Freelance employees are a part of the connected generation and a majority of their work is completed through the use of a laptop, tablet, smartphones, video conferencing, mobile apps or some other type of connected device. If employers want a tech savvy employee, they will be sure to find these qualities in a freelancer.
No Worries about Office Politics
Everyone knows that all working offices have their own set of office politics teaming with all of the expected work scenarios including competition, jealousies and conflicting personalities. A freelancer doesn’t have to become a part of the office gossip and may be able to rise above the influence of office politics. This can also be a nice advantage to an employer who may be able to depend on a freelancer to give an opinion that has not been influenced by his peers within the organization.
Here are some of the challenges:
One of the legal challenges of hiring a freelancer to produce artistic work is the question of who becomes the owner of the intellectual property once the job is completed. One solution is the “work for hire” agreement which specifies in legal terms that the employer becomes the author of the work even though the freelancer is the one who created it. These types of agreements clearly outline the scope of the work, the compensation and ownership and must be signed by freelancers prior to completing freelance assignments.
Freelance employees such as artists, web designers or planners may be considered independent contractors and obligations for freelance employees. For independent contractors making more than $600 yearly, the employer must provide a Form W-9 containing the contractor’s tax identification number, name and address. The W-9 form must be kept on file at the business and independent contractors must also be supplied with a 1099-MISC form listing his income for the year. If in doubt about independent contractor laws, employers can refer to this article from the Internal Revenue Service (IRS), Independent Contractor (Self-Employed) or Employee?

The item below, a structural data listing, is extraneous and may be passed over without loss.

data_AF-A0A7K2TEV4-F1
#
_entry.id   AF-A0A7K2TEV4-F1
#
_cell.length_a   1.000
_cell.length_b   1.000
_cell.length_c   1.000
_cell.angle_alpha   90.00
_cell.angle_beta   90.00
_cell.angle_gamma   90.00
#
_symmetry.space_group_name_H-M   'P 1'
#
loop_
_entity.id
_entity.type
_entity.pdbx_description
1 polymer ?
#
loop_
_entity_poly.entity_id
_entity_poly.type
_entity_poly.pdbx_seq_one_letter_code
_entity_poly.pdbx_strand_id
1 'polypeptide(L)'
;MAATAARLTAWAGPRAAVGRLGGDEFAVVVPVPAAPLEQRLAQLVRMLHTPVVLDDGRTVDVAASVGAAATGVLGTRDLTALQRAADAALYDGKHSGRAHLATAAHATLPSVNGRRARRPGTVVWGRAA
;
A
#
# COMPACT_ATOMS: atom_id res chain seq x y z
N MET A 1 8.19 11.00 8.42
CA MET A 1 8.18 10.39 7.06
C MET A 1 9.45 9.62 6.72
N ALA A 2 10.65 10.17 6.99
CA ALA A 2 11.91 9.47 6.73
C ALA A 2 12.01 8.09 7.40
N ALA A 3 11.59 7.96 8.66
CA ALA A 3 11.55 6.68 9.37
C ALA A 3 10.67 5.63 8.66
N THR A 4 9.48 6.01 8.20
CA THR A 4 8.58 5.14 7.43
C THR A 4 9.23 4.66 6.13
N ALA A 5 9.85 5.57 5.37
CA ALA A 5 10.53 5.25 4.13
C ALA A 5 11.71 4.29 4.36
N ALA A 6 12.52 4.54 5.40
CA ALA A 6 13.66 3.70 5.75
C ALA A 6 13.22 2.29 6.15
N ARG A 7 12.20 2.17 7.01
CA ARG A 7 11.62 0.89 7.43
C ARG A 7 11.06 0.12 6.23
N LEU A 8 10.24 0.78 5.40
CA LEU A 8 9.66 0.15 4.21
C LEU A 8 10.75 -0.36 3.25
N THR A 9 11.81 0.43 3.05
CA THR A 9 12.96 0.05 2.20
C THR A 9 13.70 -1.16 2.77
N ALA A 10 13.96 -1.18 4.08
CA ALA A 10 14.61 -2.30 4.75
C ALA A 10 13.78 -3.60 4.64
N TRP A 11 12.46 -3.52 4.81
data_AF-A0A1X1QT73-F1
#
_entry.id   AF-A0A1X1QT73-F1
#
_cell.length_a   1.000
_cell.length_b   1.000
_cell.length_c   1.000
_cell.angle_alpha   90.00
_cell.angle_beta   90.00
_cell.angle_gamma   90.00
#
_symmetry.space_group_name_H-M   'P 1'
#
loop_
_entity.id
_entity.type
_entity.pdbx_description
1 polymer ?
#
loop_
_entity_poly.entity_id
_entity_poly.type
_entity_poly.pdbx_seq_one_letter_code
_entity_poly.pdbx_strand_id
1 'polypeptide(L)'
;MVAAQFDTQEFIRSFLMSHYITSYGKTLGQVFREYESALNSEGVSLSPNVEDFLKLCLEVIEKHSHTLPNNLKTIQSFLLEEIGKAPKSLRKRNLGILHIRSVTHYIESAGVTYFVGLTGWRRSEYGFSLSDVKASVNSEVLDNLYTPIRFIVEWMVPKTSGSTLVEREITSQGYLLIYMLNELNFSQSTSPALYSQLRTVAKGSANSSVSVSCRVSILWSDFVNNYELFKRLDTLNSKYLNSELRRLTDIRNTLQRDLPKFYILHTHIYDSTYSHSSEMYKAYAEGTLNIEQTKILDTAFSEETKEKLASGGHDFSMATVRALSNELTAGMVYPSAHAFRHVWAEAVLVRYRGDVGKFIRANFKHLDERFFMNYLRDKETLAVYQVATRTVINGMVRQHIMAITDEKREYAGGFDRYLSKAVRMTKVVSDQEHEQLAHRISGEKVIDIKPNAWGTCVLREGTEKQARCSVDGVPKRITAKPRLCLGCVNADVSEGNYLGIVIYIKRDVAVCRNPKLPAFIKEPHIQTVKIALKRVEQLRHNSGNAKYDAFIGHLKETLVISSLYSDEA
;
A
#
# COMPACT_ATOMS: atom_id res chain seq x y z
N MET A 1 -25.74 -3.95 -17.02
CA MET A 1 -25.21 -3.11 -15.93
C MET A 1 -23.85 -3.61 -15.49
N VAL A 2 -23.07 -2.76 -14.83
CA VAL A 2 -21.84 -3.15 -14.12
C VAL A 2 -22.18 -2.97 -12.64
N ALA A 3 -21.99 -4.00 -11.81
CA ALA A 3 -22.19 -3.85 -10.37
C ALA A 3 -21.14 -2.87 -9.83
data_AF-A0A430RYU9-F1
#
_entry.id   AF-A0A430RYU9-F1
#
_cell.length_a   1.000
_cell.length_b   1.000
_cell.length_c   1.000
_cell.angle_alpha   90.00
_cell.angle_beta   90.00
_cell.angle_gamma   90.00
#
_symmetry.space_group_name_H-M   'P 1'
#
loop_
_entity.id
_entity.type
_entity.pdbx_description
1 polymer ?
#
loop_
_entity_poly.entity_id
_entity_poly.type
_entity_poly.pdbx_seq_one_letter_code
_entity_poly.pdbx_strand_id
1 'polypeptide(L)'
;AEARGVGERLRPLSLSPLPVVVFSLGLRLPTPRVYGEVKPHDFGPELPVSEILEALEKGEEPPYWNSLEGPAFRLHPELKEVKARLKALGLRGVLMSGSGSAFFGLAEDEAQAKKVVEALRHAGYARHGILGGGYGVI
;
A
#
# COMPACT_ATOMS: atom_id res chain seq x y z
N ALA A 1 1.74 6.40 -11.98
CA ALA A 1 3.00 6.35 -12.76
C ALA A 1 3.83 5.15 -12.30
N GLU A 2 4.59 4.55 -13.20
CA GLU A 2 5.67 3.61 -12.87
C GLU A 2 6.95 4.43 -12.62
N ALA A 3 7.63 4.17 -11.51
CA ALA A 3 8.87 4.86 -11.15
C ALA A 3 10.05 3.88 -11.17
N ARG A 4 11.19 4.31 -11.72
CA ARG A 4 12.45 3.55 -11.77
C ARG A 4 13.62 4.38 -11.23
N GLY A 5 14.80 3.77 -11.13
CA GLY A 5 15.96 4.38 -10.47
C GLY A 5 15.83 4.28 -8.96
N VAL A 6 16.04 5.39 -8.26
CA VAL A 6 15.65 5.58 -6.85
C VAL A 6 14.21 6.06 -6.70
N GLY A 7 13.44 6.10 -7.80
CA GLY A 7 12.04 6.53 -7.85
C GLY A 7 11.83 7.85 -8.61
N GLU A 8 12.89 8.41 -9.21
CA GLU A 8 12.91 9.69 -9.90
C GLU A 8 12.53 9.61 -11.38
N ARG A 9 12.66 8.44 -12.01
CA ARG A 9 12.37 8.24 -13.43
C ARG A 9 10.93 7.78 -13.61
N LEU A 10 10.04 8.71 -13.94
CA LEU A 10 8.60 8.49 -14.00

The freelance employee may not be looking to an employer’s organization as a long-term career choice. Part of the attractiveness of freelancing is the ability to change jobs if the current position is no longer desirable. For the employer, it may leave him in an undesirable situation. While the freelance lifestyle can provide happy and training new employees.
Even for employers who are not micromanagers, the thought of not being able to physically keep track of an employee’s activities may be a deterrent in hiring the freelancer. With the absence of a brick-and-mortar workplace to report to each day, the freelancer may be tempted to let other personal concerns take priority over his work obligations.
Resistance to Change
Part of the status quo is to do things as they have always been done. Employers may find the existing workforce resistant to change and the introduction of freelance employees to the staff. As a result, freelancers may find it difficult to feel part of the team, which could affect their morale and productivity. It may take patience on the part of the management team and strong leadership skills to work through these types of objections to freelancers joining the team.